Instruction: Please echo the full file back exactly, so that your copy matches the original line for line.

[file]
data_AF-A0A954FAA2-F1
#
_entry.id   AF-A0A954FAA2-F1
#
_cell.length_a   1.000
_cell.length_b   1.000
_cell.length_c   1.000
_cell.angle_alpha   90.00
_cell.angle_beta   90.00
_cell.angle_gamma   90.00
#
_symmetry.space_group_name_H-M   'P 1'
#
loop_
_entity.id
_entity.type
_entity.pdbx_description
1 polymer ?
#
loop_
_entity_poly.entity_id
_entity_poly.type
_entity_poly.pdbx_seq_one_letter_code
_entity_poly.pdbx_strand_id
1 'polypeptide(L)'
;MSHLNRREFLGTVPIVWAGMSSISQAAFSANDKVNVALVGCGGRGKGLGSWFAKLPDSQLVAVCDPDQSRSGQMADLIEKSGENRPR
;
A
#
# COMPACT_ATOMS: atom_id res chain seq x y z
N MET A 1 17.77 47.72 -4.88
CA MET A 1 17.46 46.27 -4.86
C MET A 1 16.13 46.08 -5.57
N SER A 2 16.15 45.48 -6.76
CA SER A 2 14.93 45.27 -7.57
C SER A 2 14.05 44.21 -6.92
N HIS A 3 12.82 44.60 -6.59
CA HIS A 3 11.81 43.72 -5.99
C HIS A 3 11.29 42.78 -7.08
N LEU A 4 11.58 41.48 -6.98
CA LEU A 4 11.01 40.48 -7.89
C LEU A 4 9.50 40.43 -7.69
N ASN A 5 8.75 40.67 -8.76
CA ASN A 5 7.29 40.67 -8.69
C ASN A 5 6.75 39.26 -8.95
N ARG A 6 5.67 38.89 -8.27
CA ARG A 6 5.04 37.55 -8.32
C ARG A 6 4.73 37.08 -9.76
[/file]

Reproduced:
data_AF-A0A954FAA2-F1
#
_entry.id   AF-A0A954FAA2-F1
#
_cell.length_a   1.000
_cell.length_b   1.000
_cell.length_c   1.000
_cell.angle_alpha   90.00
_cell.angle_beta   90.00
_cell.angle_gamma   90.00
#
_symmetry.space_group_name_H-M   'P 1'
#
loop_
_entity.id
_entity.type
_entity.pdbx_description
1 polymer ?
#
loop_
_entity_poly.entity_id
_entity_poly.type
_entity_poly.pdbx_seq_one_letter_code
_entity_poly.pdbx_strand_id
1 'polypeptide(L)'
;MSHLNRREFLGTVPIVWAGMSSISQAAFSANDKVNVALVGCGGRGKGLGSWFAKLPDSQLVAVCDPDQSRSGQMADLIEKSGENRPR
;
A
#
# COMPACT_ATOMS: atom_id res chain seq x y z
N MET A 1 17.77 47.72 -4.88
CA MET A 1 17.46 46.27 -4.86
C MET A 1 16.13 46.08 -5.57
N SER A 2 16.15 45.48 -6.76
CA SER A 2 14.93 45.27 -7.57
C SER A 2 14.05 44.21 -6.92
N HIS A 3 12.82 44.60 -6.59
CA HIS A 3 11.81 43.72 -5.99
C HIS A 3 11.29 42.78 -7.08
N LEU A 4 11.58 41.48 -6.98
CA LEU A 4 11.01 40.48 -7.89
C LEU A 4 9.50 40.43 -7.69
N ASN A 5 8.75 40.67 -8.76
CA ASN A 5 7.29 40.67 -8.69
C ASN A 5 6.75 39.26 -8.95
N ARG A 6 5.67 38.89 -8.27
CA ARG A 6 5.04 37.55 -8.32
C ARG A 6 4.73 37.08 -9.76